Tilt is without question Scott Walker’s most challenging work and only the most adventurous of listeners should be so intrepid as to hear it. Its impenetrable nature doesn’t make it the most played album in my collection (I’ve been known to listen to his earlier recordings a bit more), but when I do pull it out, I am reminded time and time again that it is a resounding artistic achievement.
Review by Alec A. Head
Review date: 01/2005
1. Cossacks Are
4. Jolson And Jones
6. Hand Me Ups
9. The Escape
10. A Lover Loves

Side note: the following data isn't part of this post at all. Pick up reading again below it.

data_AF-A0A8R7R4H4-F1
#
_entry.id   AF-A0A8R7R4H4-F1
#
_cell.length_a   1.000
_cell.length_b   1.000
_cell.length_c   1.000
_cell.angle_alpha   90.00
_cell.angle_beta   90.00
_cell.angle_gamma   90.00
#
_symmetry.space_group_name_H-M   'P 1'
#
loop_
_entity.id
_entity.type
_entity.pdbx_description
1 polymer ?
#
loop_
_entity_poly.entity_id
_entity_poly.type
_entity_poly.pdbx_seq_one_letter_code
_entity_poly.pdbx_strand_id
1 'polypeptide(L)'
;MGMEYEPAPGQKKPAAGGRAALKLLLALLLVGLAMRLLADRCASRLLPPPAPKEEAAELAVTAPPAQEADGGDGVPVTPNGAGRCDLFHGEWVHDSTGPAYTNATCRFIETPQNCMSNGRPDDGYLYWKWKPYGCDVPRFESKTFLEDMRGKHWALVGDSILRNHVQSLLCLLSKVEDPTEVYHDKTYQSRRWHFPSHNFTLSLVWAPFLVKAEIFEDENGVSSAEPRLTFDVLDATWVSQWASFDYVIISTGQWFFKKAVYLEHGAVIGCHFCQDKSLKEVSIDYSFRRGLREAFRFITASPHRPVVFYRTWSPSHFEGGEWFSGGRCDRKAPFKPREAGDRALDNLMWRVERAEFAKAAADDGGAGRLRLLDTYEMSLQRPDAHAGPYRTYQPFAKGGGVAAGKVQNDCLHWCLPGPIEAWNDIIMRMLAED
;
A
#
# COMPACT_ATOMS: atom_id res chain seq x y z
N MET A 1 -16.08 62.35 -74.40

Eleven long years after his genre-bending Tilt (which, in turn, was released eleven years after his mildly disappointing albeit still really odd Climate of Hunter), Scott Walker emerges again with The Drift. Seven years in the making, The Drift can be seen as a logical continuation of the sound he exhibited on Tilt, but, as fellow Scott Walker fans know, “logic” is not exactly the modus operandi of his recent music. I am going to go right out there and say it; Scott Walker’s The Drift is hands down the most harrowing album to be released in the last fifteen years. It is simultaneously harsher than any black metal album, stranger than any free-form avant-garde album, and darker than any doom/death album. More peripherally speaking, it adheres to a minimal aesthetic in a much more successful fashion than, say, any minimalist classical composer’s piece. The whole album sounds as if Bernard Herrman tried to compose the score for Psycho with John Zorn going in one ear and early Einstürzende Neubauten going in the other, all while reading the maddeningly disconcerting news of recent and past historical events. If that is too pretentious of a description, remember that Scott Walker has always proven that pretentiousness isn’t necessarily a bad thing, and if one were to actually listen to the album, said description would not be too far off.